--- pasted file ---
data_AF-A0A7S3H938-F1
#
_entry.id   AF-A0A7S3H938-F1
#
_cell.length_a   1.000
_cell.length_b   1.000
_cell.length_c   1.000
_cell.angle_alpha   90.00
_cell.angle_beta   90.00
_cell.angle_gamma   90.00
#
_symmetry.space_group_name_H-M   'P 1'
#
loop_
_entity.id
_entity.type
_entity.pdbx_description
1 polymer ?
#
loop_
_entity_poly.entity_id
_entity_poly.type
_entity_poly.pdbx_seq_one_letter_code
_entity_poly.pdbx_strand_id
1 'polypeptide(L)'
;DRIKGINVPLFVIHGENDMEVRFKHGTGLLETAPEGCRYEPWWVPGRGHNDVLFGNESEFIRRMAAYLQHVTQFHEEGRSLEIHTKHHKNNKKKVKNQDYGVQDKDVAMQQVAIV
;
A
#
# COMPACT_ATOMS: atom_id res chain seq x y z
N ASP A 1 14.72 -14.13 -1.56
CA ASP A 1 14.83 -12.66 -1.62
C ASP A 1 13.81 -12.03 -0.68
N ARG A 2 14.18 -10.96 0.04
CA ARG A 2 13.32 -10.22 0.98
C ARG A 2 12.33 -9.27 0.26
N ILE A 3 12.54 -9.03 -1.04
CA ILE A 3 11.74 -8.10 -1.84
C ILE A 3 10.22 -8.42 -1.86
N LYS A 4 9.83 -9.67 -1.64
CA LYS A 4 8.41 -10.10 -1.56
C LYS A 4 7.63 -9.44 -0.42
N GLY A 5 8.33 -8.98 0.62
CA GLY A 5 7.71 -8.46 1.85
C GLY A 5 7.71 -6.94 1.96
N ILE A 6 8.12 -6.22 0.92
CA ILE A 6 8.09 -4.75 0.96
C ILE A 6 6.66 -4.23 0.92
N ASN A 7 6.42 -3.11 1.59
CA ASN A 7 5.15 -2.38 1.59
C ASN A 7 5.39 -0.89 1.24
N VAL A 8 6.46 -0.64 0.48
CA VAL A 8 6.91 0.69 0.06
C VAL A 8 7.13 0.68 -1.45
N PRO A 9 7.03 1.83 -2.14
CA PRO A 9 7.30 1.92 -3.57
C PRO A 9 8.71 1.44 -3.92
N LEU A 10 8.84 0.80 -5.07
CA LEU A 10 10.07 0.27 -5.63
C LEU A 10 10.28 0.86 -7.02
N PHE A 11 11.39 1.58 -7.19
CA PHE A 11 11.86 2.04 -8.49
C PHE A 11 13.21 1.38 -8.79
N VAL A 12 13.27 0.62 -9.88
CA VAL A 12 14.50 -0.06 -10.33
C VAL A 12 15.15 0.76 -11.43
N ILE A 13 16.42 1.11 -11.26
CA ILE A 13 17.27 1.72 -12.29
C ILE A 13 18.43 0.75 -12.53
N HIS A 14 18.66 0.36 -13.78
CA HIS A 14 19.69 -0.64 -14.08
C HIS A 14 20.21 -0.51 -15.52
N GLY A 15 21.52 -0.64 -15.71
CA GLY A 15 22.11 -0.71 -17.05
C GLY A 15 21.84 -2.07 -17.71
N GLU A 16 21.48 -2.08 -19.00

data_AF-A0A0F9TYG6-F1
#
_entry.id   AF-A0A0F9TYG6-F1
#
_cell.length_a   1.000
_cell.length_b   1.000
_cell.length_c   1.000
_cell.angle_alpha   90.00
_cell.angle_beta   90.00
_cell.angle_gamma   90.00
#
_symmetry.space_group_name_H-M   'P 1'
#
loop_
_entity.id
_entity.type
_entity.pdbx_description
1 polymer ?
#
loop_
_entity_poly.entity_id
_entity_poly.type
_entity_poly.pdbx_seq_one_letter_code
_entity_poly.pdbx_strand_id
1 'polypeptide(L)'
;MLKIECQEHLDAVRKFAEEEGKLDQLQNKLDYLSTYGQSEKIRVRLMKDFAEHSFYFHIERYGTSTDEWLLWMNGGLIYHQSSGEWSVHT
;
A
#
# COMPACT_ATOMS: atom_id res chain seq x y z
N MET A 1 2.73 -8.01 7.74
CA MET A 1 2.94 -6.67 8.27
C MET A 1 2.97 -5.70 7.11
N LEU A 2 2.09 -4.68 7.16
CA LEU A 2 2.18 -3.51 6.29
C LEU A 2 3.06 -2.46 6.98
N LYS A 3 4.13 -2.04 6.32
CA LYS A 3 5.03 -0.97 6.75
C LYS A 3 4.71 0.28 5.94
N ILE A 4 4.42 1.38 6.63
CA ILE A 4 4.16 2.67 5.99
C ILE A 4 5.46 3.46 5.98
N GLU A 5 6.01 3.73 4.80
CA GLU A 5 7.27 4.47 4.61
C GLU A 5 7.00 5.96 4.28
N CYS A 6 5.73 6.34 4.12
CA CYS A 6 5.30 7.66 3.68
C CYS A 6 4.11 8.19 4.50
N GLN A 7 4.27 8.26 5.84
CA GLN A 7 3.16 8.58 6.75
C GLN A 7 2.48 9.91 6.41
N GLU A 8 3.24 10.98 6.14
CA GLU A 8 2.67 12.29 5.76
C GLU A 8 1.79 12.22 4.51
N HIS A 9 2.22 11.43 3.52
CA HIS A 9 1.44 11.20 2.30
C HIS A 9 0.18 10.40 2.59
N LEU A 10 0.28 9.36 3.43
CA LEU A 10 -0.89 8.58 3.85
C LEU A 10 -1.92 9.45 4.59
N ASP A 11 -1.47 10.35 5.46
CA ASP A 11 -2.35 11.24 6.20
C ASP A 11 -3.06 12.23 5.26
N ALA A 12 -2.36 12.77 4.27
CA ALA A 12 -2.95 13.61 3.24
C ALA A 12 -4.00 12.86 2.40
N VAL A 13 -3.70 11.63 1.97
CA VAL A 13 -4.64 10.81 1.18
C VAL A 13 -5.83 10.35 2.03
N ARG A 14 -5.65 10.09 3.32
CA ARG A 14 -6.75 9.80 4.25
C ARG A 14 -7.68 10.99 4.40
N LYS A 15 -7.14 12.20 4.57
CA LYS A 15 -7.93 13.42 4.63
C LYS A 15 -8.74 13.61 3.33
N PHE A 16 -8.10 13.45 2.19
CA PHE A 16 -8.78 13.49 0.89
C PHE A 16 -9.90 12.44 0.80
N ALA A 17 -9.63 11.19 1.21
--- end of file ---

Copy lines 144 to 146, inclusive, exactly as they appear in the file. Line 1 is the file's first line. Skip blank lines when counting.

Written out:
CA VAL A 13 -4.64 10.81 1.18
C VAL A 13 -5.83 10.35 2.03
N ARG A 14 -5.65 10.09 3.32